Forecast says the temperature will get up into the sixties on Saturday, but I hope not.  Let the ground freeze and stay frozen until the beginning of April, say I, so that the cows can be fed in the sliding manger out on the pasture without damage to the sod, not in the barn where nutrients will pile up and leach away where they can do no good.  In the big pasture at the monastery there is no such problem; low stock density and plenty of room mean we can give the steers enough space to graze without excessive wear and tear on the forage.  And the steers love it; although they accepted the two bales we threw out to them for a Christmas treat, they have no trouble pawing down through a foot of snow to the good, nutritious standing forage stockpiled in that pasture.

Would we had another hundred such acres.

We are gearing up for the beginning of our spring semester of Practical Farm Science by pulling out all our seed catalogues and laying out plans for the gardens in 2013.  More feed for the pigs is a high priority; we will see how much of the big gardens we can plant in late summer to mangels, beans, and turnips, and we want to order all of our seed at once to save on shipping.

Our spring workshops on fermented whole grain bread baking, seed starting, and maple sugaring promise to keep our weekends full over the next couple of months – see our Classes page for dates and details.

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Wednesday, October 24:

Last year at this time we were in haste to develop the spring which now waters the big barn in all but the longest of cold snaps; this year we are hurrying to finish the water system that will keep the steers frost-free this winter on the monastery pastures.  One of these days, maybe, we will run out of big projects needing completion before snow flies.   Most of today was spent gathering supplies for the tire tank we hope to build this Saturday under the west pasture spring; here the water runs fast enough that we hope, by keeping the water underground before it enters the tank, to keep the flow from freezing.  That would mean being able to run the steers on grass at the monastery all winter, saving the baled hay for the milk cows in the home pasture.

The last few preparations for the winter gardens are gradually being made.  The bed is composted, tilled, and raked for planting next year’s garlic; ashes in buckets wait in the barn for someone to spread them over empty beds to be tilled in the spring.  Hoops and sandbags for the high tunnels are spread on the lawn in various states of incompletion.  Every length of row cover or clean six-mil plastic film that can be found is hunted out and examined for holes.  Only the warm weather of the last few days prevents us putting the first layer of protection on the winter carrots and salad greens.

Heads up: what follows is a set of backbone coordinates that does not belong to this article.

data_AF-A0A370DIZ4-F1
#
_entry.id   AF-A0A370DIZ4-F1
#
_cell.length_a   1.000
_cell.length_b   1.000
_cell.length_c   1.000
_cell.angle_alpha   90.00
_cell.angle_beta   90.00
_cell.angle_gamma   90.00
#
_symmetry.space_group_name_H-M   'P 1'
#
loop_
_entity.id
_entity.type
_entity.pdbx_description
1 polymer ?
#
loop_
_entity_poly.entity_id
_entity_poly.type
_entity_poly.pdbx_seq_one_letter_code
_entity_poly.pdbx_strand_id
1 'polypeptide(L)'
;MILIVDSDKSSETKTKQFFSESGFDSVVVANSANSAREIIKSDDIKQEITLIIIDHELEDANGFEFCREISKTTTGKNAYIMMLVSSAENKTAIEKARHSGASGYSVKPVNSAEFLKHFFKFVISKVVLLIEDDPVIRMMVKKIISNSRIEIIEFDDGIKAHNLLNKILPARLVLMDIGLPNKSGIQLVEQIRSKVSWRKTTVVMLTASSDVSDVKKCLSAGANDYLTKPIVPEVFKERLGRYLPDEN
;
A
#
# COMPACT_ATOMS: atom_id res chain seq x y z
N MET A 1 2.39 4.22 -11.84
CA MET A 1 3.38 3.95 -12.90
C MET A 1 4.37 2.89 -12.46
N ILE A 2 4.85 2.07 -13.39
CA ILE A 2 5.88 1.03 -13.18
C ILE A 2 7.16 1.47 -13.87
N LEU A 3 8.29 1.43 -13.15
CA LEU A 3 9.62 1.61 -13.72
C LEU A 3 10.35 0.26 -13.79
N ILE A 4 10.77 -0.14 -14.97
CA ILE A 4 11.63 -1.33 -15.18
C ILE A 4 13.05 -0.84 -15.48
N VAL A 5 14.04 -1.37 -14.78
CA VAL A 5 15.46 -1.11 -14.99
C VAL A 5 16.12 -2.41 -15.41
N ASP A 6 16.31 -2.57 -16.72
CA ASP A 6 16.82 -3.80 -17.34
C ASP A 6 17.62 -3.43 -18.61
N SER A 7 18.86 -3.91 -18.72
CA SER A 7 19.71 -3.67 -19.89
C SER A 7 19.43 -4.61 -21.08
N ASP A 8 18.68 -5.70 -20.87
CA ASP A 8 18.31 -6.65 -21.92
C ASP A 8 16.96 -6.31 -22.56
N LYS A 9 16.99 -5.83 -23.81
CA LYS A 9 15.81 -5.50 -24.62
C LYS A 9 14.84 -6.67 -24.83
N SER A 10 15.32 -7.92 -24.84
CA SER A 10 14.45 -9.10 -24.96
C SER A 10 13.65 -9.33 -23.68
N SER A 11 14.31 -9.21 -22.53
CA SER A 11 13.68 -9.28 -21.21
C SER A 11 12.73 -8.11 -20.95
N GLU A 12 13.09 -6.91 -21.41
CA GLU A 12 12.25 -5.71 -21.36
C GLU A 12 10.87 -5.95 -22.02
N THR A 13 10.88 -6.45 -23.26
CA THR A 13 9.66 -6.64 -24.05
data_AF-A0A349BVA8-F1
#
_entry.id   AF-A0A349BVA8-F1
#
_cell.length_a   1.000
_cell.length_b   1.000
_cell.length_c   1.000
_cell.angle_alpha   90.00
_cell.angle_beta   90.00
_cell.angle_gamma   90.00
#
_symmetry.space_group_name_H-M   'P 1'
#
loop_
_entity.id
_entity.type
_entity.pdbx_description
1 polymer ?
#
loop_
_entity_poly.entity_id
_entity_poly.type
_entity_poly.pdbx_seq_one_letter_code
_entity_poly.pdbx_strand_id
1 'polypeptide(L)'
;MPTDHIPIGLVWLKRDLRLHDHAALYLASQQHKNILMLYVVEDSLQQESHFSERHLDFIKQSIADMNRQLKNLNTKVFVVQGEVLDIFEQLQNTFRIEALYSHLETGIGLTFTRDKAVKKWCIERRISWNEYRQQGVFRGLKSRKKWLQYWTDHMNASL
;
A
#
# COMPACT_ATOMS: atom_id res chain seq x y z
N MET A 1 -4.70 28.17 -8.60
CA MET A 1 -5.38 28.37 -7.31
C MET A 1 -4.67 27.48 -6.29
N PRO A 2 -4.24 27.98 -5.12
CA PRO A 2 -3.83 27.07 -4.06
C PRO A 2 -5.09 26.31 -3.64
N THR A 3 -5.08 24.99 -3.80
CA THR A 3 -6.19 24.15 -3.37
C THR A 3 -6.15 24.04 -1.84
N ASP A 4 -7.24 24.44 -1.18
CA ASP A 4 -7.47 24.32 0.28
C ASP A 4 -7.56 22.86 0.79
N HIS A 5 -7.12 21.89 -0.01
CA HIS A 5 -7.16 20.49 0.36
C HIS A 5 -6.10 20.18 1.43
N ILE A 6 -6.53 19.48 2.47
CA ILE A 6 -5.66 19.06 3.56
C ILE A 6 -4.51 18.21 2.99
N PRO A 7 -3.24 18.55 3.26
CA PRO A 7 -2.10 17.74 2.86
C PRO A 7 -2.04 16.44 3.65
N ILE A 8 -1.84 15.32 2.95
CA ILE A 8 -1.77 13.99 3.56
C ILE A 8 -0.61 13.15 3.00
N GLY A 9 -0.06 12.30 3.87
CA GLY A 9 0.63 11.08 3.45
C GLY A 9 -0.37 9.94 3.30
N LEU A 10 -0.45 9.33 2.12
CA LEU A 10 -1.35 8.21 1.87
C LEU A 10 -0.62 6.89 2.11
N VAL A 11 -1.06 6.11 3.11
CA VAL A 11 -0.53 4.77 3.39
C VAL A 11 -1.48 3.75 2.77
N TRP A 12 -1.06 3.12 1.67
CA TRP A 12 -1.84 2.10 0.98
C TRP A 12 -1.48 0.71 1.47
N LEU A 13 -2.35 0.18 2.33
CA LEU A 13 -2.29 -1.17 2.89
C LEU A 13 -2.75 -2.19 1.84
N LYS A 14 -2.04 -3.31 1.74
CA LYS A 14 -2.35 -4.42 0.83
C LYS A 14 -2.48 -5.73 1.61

Next to the river the poplars scarcely admit of the season by the yellow cast of their huge leaves, but on the bluffs above the maples are bare and only the oaks keep their foliage; this is shades of russet and brown, with the occasional deep scarlet of a lover’s rose.  Elsewhere the woods have lost their impenetrability, black boles standing out against a carpet of yellow.  In the ditches sumac, blood-red, flashes like a heliograph when it catches the sun, and now is the time to mark out patches of wild asparagus, clouds of ferny yellow, for spring foraging.  Our family news is like the weather, warm and cold by turns; one son has left us to return to Minnesota with his lovely family, while another proposes bringing home as his wife a woman we have long loved and admired.  We are joyful and sorrowful.

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Wednesday, September 26:

Let us speak for a moment about pigs.  Not the two pastured pigs presently residing by the stock pond, but the pigs in the barn.  It is a serious consideration for the family-scale farmer what to feed his livestock; since he is not raising his animals primarily to sell them but to eat them, it is important that they be fed for just as small a cost as possible.  The meat we raise may be better than anything money can buy, but we whose means are limited cannot consider it a bargain unless we reduce the actual cash outlay to almost, or literally, nothing.  This means little or no bought-in feed.  So what do our pigs eat?

Well, first of all, dairy waste.  Only in a family-scale dairy, there is no waste, there are just dairy products.  The ones that usually go to the pigs are whey, buttermilk, and some skim milk.  Right now, with the cows either going into heat or in early pregnancy and with three baby bulls in the calf barn, there is less milk to spare than we like to see, maybe a gallon of skim every other day, two gallons of buttermilk a week, and whey only by the quart from drained yogurt.  The pigs devour it.